1. Christian skate a no-no says state human-rights division
The Times Herald Record of New York state reports on a roller rink that is accused of human-rights violations for trying to attract Christian customers.
Skate Time 209 offers residents a new wooden roller skating rink and a fancy skateboard park. In its hunt for customers, the business has "tot" skates and "tween" (ages 6-13) skates. There are family nights and adult disco parties.
And there are "Christian skate times" on Sunday afternoons, Skate Time's ad in the April 19 Ulster County Press said. That ad is evidence of a human rights violation, according to the state Division of Human Rights.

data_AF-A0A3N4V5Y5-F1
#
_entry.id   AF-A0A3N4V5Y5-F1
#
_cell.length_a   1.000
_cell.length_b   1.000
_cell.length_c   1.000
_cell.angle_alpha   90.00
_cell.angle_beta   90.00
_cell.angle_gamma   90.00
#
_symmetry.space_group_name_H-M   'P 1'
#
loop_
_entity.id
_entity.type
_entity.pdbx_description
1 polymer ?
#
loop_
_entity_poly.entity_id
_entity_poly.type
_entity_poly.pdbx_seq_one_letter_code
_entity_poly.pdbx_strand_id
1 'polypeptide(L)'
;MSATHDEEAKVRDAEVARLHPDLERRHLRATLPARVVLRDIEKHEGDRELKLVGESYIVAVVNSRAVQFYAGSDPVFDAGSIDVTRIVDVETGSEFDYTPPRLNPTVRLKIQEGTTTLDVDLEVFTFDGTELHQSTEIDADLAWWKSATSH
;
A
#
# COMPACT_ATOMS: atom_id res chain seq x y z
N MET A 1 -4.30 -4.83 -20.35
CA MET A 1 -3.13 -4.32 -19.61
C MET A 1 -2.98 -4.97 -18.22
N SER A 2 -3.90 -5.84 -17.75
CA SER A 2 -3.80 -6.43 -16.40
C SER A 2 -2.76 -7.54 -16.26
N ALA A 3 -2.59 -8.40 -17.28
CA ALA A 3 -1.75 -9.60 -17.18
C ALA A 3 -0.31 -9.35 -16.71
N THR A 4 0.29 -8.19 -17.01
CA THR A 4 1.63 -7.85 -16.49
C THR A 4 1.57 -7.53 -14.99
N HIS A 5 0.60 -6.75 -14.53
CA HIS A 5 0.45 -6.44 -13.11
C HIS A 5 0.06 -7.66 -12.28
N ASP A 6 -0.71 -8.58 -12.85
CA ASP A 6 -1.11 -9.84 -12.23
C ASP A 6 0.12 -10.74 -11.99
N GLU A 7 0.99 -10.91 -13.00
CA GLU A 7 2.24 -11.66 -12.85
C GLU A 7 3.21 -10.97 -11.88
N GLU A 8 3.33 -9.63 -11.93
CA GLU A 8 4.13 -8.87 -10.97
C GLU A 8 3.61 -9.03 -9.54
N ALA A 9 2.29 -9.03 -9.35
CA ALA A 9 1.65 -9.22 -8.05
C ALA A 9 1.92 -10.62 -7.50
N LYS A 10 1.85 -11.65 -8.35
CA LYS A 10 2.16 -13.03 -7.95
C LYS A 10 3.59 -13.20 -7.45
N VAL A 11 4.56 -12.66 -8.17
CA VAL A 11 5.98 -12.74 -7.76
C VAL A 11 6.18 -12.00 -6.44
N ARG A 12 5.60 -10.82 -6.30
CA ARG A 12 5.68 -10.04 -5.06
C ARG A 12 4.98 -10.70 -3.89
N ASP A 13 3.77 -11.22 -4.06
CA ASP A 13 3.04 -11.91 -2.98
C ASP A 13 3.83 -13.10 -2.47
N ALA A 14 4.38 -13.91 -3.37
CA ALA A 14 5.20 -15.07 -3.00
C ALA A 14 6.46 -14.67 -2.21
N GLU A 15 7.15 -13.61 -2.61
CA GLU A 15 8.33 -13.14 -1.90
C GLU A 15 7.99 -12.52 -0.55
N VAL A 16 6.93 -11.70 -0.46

A "Christian skate denies or at a minimum, discourages non-Christian patronage," a June 15 letter from the state division said. The weekly paper got the same letter, accusing it of "aiding and abetting" the violation, said its editor-at-large, Greg Childers.
Is it even worth pointing out that "tot" and "tween" skates equally discourage participation from non-tots and non-tweens? Weblog doubts that the person who composed the letters would be able to recognize the inconsistency.
2. Chinese Christian explosion
"It's like in South Korea in the 1970s and 1980s, when the church was a leader in the democratic movement," says Yu Jie, a Chinese house church leader. Nicholas Kristof reports on the growth of underground churches in the country.
One reason for the boom in Christianity is that China is going through just the kind of turbulent social change, including alarm at the eclipse of traditional values, that often drives people toward faith. And in China's case, Maoism wiped out the traditional religions.
Despite persecution in some areas of the country, Christians are reshaping China after ...1
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